During Zimbabwe visit, African Wildlife Foundation President Kaddu Sebunya says poaching hurts Africa as slave trade once did

    This forum has been closed.
    Comment Sorting
    Comments
         
    by: Realist
    February 10, 2016 4:56 AM
    Most people were died by Esad who is a dictator murder.
    In Response

    by: Anonymous
    February 10, 2016 7:09 AM
    Most people died because someone wanted to kill Assad and take his place.

    by: AHMED from: INDIA
    February 09, 2016 11:57 AM
    Thanks to Russia for helping Syria. Russia is better than Muslims countries who sponsored Terrorist to kill 350,000/= and same numbers become homeless.
    Saudi Arabia is number one in the whole world who is sponsoring Terrorist organisation in the world to create MESS in Muslim countries. Few examples are Al Qaida, Taliban, Daesh, Nusrat front, Booko haram and IS.

    We have so many hungry Muslims who do not have money to feed Three times in comfortable manner and no clean drinking water. SA suppose to solve their problems but they feel much pleasure to see endless tears in their eyes. Very shameful act for which they will be accountable in front of GOD ON DAY OF JUDGEMENT. Saudi Arabia have no answer for killing of so many Muslims in the name of Poor Islam.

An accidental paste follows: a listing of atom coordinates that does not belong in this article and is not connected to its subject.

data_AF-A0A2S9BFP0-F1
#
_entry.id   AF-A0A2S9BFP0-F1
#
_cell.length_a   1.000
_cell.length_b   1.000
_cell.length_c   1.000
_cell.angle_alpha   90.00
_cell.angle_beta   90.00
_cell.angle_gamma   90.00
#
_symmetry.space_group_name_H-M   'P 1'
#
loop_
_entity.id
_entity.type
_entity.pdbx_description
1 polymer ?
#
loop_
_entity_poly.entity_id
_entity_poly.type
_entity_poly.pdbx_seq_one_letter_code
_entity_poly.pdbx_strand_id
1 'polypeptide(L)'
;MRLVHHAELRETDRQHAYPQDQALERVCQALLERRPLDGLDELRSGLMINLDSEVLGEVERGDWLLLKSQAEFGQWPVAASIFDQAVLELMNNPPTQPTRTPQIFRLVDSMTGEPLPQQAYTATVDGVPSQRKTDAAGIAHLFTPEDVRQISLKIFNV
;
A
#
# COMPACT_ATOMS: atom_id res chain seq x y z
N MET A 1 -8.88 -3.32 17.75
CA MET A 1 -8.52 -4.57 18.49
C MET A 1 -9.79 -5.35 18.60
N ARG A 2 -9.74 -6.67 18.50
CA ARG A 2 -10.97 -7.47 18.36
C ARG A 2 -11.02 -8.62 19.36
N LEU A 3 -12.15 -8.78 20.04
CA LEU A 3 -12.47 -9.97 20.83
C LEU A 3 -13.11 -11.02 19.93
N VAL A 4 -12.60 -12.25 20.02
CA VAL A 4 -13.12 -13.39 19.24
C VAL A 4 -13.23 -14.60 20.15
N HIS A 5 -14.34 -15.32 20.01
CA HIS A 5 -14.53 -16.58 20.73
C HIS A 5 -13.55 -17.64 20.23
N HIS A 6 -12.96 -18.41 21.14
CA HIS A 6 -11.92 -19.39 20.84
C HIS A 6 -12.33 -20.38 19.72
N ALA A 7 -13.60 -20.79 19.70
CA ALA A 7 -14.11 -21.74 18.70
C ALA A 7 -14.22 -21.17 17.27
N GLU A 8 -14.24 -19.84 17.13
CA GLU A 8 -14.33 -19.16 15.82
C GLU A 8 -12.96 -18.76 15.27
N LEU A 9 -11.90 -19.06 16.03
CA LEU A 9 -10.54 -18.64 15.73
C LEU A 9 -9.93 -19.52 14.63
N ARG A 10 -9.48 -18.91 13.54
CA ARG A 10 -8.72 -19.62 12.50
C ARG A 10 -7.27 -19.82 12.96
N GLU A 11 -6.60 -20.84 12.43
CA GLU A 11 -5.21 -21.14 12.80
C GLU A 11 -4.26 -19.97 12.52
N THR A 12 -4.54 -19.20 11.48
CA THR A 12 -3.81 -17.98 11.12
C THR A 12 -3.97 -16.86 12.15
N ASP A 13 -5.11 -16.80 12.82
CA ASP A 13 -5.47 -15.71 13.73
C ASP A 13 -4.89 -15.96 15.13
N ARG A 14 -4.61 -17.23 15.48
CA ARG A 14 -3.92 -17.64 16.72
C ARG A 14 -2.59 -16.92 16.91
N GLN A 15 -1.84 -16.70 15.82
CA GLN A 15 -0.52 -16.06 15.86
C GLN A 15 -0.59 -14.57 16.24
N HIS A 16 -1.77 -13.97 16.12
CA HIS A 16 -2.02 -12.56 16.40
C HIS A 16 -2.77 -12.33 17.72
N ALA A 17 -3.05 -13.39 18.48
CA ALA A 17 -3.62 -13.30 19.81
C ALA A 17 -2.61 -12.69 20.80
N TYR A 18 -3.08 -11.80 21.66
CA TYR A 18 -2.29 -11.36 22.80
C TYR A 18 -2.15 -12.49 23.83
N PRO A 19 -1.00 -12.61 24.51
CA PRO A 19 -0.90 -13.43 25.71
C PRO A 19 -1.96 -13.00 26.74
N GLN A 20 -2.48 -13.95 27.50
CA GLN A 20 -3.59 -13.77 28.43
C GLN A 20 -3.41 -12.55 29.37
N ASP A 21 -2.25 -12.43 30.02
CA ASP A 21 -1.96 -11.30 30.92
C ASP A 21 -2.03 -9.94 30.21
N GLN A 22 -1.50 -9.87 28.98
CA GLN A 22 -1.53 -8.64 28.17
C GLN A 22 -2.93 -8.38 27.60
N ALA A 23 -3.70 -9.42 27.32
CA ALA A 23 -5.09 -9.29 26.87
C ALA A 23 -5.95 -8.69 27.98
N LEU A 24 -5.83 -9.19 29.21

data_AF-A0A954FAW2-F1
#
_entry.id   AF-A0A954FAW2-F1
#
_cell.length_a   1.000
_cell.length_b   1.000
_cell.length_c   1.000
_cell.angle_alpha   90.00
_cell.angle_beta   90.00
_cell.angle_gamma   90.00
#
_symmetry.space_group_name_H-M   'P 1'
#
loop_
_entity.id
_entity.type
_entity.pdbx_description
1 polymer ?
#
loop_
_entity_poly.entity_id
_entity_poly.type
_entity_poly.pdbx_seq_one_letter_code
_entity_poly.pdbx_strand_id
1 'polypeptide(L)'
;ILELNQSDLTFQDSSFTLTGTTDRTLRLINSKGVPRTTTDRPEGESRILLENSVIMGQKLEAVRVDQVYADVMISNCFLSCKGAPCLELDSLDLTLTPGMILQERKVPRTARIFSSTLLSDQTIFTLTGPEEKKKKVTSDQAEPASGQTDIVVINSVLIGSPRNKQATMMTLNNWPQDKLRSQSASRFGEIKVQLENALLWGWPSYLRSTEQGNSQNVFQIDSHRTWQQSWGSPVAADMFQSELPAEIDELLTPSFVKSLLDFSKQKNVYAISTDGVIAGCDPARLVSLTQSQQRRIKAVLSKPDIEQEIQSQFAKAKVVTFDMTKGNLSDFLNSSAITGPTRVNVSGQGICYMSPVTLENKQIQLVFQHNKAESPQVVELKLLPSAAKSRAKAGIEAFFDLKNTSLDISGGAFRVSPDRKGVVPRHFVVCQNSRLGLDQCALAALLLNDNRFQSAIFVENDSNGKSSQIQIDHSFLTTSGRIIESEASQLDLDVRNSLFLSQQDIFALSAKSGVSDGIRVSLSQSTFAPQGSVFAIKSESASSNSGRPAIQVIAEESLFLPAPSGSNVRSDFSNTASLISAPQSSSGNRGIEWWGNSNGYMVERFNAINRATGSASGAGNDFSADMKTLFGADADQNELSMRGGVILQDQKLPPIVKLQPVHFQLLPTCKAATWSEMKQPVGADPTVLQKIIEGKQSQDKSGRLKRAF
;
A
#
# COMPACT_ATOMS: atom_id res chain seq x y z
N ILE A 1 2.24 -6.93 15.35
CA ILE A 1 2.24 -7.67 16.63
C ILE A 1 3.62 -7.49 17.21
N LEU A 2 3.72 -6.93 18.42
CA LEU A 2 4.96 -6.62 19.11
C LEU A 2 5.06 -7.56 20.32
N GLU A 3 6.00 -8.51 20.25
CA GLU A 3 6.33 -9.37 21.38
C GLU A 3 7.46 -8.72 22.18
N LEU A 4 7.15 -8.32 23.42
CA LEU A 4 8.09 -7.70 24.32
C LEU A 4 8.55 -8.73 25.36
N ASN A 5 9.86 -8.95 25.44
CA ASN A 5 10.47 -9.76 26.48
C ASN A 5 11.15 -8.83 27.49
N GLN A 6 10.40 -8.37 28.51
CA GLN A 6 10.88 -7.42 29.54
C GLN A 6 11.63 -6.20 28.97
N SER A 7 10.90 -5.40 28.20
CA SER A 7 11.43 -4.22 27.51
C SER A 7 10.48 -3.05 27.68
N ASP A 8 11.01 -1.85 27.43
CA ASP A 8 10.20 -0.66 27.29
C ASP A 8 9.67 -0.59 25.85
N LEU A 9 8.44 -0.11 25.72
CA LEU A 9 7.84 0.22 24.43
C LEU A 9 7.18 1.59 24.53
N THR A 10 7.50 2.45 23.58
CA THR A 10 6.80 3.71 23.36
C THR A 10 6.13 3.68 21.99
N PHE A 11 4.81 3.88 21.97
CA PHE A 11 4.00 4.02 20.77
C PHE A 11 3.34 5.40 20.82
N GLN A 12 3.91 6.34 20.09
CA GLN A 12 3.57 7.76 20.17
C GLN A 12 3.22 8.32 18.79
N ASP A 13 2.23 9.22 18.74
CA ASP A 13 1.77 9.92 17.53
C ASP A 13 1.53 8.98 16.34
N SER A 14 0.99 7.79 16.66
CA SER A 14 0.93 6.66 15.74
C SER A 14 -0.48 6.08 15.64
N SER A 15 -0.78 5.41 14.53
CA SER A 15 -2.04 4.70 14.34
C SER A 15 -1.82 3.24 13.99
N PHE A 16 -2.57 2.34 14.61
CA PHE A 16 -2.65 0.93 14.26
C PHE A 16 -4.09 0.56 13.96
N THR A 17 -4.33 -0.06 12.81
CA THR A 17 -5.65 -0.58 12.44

by: meanbill from: USA
    February 09, 2016 11:18 AM
    To escape the Russian and Syrian army blitzkrieg attack, all the terrorists will say they are moderate rebels if that's what it takes to survive? .. The Russians and Syrian army only identifies those Syrians (that don't take up arms against the Syrian government) and only want to negotiate at the table for a peaceful end to the Syrian war, [and], those that want to have the Syrian people vote and decide who will be president and what type government they would vote for as moderate rebels? .. And the Russians and Syrian army recognizes any group that's representing or collaborating with foreign governments as terrorists? .. Simple, isn't it? .. As for the dead rebels or terrorists, let Allah sort them out? .. as it should be?

    by: annymous from: usa
    February 09, 2016 11:08 AM
    good news and congratulation s to Syrian Gov. the moderate rebel are behind the genocide in Syria and they have to get the taste . they are not deserve any sympathy. they initiated a civil war that causes of creating isis and the genocide of Christian.

    Featured Videos

    Your JavaScript is turned off or you have an old version of Adobe's Flash Player. Get the latest Flash player.
    Ivorian Chocolate Makers Promote Locally-made Chocolatei
    X
    July 29, 2016 4:02 PM